Is time travel possible? Kind of. Here’s the science behind it.

A common theme in sci-fi media, time travel is gripping. It is defined by the late philosopher David Lewis in his essay “The paradoxes of time travel” as “[involving] gap between time and space-time. Every traveler departs and then arrives at his destination; the time that elapsed from departure to arrival… is the duration of the trip.

Time travel is commonly understood by most as traveling back to a bygone era or jumping to a point in the future. But how much of the idea is based on reality? Is it possible to time travel?

Is time travel possible?

According to NASA, time travel is possible, but not in the way you might expect. Albert Einstein’s theory of relativity says that time and motion are relative to each other, and nothing can go faster than the speed of light, or 186,000 miles per second. Time travel goes through what is called “time dilation”.

time dilation, according to Live Science, is how one person’s perception of time is different from another, depending on their movement or where they are. So time is relative.

Dr. Ana Alonso-Serrano, postdoctoral researcher at the Max Planck Institute for Gravitational Physics in Germany, explained the possibility of time travel and how researchers test theories.

Space and time are not absolute values, Alonso-Serrano said. And what makes it all more complex is that you are capable of sculpting space-time.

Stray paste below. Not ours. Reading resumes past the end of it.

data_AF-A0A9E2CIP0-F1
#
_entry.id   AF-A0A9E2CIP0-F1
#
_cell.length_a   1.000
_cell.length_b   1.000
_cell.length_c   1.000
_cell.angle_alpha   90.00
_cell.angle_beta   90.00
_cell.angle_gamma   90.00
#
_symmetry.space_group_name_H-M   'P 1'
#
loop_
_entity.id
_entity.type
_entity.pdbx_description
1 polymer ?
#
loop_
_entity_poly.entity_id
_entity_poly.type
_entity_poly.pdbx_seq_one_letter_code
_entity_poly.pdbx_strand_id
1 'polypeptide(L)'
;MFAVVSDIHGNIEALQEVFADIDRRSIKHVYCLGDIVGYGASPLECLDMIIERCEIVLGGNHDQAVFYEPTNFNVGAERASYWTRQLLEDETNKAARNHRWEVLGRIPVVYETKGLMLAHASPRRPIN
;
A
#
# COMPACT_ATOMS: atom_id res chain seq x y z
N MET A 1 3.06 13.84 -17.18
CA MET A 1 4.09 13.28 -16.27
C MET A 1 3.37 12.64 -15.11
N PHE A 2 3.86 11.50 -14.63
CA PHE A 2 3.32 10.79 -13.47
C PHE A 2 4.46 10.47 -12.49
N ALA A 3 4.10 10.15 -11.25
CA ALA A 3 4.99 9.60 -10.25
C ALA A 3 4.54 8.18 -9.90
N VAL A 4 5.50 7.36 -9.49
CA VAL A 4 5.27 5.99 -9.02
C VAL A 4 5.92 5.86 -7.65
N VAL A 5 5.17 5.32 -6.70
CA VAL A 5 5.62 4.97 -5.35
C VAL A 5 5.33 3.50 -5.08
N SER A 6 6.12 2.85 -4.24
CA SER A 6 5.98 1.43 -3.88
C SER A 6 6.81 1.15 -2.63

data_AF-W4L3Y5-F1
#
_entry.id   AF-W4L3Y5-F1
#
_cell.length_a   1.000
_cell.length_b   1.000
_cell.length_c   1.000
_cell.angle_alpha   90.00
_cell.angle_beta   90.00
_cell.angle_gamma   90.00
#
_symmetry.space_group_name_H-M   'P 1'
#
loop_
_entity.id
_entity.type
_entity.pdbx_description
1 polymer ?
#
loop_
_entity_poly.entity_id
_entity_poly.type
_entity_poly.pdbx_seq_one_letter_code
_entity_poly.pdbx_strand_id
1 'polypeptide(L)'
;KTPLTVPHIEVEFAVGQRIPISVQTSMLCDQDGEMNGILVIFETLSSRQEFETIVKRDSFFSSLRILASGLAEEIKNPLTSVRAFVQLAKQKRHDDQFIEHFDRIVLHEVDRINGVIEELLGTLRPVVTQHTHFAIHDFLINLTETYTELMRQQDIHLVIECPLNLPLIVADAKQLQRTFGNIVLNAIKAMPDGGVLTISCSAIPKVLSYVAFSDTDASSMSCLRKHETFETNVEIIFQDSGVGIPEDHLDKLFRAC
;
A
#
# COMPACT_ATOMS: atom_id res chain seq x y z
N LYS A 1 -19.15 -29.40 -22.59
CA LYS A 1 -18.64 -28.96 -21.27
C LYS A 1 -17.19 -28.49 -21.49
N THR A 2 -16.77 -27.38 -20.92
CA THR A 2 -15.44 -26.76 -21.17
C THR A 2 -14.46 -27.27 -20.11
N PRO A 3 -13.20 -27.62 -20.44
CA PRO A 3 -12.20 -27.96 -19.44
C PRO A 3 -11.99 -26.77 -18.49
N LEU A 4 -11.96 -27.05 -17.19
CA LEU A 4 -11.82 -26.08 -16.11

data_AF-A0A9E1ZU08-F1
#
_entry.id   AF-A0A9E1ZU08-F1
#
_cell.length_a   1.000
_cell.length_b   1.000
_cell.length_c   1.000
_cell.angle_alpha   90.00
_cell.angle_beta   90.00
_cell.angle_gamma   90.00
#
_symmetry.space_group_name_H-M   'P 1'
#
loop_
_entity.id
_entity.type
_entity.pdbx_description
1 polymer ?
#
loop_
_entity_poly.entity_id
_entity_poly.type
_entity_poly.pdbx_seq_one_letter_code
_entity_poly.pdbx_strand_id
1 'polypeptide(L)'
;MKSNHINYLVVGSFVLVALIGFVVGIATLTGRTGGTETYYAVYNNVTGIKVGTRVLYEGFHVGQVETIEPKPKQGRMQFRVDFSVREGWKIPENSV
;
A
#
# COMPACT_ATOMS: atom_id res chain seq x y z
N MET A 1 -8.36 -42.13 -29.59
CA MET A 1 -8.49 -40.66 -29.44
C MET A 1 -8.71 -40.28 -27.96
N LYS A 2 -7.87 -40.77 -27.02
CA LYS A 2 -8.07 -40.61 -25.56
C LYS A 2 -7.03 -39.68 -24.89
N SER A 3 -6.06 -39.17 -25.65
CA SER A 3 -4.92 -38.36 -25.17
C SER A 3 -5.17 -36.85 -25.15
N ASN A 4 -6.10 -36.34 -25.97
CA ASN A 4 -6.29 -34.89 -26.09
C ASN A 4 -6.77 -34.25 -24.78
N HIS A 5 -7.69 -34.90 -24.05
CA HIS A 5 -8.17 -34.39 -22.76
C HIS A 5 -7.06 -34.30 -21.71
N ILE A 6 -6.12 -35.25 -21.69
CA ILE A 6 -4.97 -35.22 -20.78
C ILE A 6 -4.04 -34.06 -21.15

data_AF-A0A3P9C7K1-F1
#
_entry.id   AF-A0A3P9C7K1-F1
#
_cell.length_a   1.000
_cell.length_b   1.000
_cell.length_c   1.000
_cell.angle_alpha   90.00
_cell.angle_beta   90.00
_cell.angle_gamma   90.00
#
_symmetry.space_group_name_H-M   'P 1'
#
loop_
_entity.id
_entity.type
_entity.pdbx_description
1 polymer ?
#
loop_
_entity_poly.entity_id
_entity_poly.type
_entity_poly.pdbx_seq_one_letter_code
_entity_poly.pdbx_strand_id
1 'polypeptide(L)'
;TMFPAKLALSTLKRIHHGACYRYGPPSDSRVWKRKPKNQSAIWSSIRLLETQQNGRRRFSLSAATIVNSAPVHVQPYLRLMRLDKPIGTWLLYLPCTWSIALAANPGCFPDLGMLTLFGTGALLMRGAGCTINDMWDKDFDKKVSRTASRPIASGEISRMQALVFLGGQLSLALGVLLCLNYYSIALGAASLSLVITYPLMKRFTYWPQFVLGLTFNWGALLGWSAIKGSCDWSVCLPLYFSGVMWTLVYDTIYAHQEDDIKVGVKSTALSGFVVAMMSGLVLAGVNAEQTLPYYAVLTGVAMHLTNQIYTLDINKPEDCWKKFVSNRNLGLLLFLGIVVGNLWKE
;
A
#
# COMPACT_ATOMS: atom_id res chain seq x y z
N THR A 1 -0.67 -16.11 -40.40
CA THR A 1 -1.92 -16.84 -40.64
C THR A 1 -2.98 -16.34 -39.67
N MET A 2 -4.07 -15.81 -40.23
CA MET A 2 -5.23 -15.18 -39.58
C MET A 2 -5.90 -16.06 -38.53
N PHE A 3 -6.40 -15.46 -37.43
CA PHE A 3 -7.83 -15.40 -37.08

Albert Einstein’s theory of relativity says that time and motion are relative to each other and nothing can go faster than the speed of light, which is 186,000 miles per second.

“As you sculpt spacetime, you can play with that curvature to make time come in a circle and create a time machine,” Alonso-Serrano told USA TODAY.

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She explained how theoretically time travel is possible. The math behind creating the curvature of spacetime is sound, but trying to recreate the strict physical conditions needed to prove these theories can be difficult.

“The tricky part is whether you can find a physical, realistic way to do it,” she said.

Alonso Serrano said wormholes and chain readers are tools that are used to create this curvature. The matter needed to achieve spacetime curvature via a wormhole is exotic material, which was not successfully done. Researchers don’t even know if this type of matter exists, she says.

“It’s something we’re working on because it’s theoretically possible, and because it’s a very nice way to test our theory, to look for possible paradoxes,” Alonso-Serrano added.

Apart from the methods mentioned above, Alonso-Serrano is unsure about other time travel methods.

“I can’t say nothing is possible, but I can’t ignore the possibility,” she said.

She also evokes the anecdote of Stephen Hawking’s Champagne Party for Time Travelers, where Hawking had a GPS-specific location for the party. He didn’t send out invitations until after the party had already taken place so that only people who could travel to the past could attend. No one showed up, and Hawking called this event “experimental proof” that time travel was not possible.

This article originally appeared on USA TODAY: Will time travel ever be possible? The science behind the possibility.

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